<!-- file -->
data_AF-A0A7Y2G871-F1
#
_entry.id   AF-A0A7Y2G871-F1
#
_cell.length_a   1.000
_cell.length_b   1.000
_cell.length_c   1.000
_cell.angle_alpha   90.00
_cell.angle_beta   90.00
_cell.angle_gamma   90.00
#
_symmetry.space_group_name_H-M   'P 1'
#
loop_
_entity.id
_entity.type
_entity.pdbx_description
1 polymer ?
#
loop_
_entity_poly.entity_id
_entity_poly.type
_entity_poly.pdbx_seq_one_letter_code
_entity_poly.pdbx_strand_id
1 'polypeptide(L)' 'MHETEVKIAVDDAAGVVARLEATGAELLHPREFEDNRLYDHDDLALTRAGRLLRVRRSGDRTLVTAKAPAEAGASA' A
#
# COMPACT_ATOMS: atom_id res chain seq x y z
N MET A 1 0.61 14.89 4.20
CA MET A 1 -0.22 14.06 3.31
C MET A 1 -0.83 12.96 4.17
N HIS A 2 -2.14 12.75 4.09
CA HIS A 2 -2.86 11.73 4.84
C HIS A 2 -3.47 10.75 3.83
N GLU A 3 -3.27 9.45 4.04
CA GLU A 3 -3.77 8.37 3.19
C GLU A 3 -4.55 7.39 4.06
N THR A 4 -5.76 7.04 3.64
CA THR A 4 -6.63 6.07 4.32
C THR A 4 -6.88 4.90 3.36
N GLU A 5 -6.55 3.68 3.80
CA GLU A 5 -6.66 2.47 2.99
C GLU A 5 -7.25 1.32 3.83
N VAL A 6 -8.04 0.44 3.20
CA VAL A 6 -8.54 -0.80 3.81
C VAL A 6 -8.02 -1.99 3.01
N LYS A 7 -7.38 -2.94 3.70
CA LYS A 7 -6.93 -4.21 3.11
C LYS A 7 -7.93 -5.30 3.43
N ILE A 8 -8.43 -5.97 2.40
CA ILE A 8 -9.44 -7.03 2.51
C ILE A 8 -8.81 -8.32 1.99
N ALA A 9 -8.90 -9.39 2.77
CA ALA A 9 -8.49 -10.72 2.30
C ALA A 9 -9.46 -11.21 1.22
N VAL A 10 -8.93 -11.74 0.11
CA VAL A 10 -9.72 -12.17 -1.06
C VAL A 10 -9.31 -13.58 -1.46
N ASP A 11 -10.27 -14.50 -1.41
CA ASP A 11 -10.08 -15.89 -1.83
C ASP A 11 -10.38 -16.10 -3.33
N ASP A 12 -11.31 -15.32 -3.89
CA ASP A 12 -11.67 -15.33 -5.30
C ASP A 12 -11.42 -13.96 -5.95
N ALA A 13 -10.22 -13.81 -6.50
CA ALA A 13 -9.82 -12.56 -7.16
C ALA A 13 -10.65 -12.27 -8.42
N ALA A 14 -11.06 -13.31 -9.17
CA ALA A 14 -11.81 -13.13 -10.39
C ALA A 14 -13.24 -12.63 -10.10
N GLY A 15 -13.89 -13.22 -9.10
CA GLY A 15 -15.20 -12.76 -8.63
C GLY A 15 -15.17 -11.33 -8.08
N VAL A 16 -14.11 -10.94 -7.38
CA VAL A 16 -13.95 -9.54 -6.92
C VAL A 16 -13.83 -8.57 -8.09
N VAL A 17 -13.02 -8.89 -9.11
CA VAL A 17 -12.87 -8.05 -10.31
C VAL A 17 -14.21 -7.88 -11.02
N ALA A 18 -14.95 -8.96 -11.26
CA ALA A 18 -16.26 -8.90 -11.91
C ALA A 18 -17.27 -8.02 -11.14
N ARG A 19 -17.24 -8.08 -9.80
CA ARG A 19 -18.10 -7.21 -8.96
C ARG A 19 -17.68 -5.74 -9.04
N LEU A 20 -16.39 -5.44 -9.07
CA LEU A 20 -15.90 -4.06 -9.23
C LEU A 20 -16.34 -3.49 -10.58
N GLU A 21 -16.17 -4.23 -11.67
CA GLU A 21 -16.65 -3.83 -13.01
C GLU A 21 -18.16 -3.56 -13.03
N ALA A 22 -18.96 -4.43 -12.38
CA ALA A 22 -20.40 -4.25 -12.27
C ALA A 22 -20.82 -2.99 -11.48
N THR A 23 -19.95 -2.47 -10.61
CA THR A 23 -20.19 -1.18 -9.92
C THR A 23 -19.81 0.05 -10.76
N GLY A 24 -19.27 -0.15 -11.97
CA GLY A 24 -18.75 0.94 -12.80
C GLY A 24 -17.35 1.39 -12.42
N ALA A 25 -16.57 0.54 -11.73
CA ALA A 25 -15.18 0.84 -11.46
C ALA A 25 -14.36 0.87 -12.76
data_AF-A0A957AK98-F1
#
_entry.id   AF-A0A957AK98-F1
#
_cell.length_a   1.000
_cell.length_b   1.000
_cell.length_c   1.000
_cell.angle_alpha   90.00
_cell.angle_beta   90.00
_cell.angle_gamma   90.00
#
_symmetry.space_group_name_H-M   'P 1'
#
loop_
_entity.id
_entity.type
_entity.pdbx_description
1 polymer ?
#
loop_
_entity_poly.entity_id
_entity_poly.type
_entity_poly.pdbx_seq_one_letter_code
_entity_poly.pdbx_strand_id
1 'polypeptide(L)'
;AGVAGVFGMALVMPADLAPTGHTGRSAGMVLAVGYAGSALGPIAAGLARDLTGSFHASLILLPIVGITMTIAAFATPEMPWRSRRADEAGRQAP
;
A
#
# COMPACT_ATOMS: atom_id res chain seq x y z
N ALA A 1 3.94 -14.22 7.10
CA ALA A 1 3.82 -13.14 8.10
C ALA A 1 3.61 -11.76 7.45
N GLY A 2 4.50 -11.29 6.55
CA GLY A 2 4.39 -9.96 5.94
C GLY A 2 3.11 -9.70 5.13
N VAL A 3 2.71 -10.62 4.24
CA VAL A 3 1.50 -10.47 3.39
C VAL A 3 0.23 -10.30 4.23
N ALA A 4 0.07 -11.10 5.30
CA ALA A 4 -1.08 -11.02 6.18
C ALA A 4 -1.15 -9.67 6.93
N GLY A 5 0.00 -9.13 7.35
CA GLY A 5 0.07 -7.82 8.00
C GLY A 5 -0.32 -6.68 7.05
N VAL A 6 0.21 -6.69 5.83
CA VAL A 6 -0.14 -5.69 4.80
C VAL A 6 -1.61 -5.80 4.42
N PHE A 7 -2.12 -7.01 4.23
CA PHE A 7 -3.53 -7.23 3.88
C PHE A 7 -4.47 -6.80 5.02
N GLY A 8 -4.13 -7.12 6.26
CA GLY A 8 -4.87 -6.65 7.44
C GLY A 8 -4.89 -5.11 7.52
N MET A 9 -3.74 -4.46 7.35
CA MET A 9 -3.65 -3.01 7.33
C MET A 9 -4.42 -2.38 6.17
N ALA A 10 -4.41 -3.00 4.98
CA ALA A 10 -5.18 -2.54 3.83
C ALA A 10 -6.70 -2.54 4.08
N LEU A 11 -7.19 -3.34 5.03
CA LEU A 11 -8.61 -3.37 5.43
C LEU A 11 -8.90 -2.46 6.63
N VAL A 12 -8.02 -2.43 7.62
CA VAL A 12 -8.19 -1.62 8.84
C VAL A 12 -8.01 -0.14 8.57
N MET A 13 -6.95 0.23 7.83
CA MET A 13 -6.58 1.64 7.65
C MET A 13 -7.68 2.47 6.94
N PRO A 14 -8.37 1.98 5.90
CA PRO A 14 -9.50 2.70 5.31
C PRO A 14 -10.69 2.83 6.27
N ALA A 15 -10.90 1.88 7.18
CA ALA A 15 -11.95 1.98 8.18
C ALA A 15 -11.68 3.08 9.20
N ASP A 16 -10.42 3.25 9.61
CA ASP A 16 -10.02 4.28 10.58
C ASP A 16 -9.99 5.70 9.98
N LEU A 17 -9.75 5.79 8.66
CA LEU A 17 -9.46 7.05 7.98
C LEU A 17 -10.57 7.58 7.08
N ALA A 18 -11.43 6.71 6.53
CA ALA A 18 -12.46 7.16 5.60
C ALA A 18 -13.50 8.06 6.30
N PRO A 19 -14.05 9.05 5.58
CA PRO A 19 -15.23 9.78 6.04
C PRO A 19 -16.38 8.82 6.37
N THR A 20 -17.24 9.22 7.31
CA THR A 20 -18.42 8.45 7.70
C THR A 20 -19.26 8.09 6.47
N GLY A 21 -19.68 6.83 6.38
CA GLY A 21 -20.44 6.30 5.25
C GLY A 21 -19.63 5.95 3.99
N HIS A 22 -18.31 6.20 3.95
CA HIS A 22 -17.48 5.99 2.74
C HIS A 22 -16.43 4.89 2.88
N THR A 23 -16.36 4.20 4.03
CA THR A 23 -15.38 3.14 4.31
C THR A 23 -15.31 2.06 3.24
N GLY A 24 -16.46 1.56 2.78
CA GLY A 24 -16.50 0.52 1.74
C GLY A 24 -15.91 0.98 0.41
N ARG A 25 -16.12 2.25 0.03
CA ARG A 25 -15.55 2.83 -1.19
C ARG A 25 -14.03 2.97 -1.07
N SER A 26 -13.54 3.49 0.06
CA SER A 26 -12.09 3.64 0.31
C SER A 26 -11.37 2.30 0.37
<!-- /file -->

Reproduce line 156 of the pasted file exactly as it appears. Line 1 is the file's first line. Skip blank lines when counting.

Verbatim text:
C GLY A 8 -4.89 -5.11 7.52